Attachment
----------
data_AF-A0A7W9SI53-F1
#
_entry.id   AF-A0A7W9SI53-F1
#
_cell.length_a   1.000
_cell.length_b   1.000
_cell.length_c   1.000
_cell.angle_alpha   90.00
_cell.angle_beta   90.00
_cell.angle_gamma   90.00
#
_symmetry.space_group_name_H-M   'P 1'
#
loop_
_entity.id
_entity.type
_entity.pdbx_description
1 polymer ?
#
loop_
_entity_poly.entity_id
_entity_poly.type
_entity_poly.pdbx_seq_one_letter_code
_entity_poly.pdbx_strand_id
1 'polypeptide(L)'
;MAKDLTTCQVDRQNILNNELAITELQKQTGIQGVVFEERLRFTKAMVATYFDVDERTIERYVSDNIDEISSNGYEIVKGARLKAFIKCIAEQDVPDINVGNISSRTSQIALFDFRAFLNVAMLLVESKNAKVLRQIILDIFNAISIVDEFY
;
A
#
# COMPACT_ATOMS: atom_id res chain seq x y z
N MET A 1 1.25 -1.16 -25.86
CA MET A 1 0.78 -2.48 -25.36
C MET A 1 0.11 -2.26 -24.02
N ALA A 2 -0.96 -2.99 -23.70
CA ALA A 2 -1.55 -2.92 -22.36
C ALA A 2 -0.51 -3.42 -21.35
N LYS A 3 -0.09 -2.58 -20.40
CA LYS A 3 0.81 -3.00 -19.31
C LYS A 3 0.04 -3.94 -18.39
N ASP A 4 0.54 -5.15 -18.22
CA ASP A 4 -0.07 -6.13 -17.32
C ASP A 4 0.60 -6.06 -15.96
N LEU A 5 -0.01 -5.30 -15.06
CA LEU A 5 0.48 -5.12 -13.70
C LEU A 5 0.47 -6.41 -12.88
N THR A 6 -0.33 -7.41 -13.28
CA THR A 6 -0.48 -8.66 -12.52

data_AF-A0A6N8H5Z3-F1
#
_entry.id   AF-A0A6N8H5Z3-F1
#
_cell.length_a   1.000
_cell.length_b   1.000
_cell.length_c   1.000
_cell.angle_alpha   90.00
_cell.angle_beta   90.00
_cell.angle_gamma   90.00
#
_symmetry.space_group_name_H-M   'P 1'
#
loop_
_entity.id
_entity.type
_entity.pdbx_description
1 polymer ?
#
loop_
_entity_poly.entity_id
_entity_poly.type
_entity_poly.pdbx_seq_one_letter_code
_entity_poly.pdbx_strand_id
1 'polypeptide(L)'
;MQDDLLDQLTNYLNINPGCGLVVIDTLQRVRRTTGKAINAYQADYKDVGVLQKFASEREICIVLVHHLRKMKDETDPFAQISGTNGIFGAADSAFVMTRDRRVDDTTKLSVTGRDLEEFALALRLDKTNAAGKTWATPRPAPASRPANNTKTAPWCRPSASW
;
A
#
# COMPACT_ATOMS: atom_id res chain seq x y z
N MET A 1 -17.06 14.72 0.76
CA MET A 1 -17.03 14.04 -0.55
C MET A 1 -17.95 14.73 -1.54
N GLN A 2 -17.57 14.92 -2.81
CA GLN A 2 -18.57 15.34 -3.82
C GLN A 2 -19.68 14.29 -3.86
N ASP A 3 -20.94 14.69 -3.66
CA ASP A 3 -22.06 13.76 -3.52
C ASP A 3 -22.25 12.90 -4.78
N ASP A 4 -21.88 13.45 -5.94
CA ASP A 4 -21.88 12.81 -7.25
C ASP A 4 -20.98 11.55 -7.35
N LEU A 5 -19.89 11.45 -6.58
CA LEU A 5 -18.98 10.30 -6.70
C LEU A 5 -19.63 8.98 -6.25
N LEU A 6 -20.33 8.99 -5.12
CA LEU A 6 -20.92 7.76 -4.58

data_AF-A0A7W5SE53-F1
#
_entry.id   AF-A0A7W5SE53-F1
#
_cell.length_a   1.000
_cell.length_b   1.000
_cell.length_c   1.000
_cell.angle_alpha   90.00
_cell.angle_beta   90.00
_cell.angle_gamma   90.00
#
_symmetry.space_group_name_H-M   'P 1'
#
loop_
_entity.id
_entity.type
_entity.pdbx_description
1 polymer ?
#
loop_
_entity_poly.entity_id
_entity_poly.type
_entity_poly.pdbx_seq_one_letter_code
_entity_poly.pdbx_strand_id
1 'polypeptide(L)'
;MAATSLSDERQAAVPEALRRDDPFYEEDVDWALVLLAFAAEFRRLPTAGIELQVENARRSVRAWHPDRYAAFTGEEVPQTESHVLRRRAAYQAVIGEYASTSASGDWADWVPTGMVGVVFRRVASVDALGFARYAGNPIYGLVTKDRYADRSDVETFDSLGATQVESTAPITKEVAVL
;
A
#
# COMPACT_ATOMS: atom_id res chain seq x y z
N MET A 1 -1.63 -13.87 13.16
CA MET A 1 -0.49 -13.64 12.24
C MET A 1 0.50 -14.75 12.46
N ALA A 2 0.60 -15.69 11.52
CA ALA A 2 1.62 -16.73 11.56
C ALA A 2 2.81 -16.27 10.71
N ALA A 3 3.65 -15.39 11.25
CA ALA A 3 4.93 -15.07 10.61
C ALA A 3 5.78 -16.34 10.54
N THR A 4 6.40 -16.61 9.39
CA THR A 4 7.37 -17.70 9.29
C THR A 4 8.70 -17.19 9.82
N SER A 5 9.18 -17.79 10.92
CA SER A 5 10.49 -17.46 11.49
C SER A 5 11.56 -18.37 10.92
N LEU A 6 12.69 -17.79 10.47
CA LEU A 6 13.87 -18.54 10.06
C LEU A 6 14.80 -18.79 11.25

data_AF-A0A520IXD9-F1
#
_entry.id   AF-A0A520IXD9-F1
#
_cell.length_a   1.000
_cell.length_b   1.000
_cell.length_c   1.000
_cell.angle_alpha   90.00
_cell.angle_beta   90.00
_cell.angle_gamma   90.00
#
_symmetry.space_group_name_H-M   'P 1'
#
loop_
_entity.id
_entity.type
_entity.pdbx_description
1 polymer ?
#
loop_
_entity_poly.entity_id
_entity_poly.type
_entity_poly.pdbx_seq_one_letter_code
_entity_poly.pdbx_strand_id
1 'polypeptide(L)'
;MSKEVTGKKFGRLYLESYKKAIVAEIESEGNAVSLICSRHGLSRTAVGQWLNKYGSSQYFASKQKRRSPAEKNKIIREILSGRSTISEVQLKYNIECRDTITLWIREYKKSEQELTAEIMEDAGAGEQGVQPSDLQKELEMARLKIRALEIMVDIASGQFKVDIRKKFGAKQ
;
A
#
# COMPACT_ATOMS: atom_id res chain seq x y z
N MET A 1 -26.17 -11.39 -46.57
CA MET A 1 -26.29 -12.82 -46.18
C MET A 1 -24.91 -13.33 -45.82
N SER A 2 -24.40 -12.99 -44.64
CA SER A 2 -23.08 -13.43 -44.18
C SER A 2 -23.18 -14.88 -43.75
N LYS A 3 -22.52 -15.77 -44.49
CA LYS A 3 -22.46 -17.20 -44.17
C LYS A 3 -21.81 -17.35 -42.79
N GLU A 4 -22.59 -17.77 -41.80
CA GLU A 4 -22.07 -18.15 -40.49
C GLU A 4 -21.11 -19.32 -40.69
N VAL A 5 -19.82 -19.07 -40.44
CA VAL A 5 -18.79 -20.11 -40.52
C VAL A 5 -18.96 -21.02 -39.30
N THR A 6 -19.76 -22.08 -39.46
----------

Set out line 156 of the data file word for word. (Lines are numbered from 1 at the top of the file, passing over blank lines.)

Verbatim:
loop_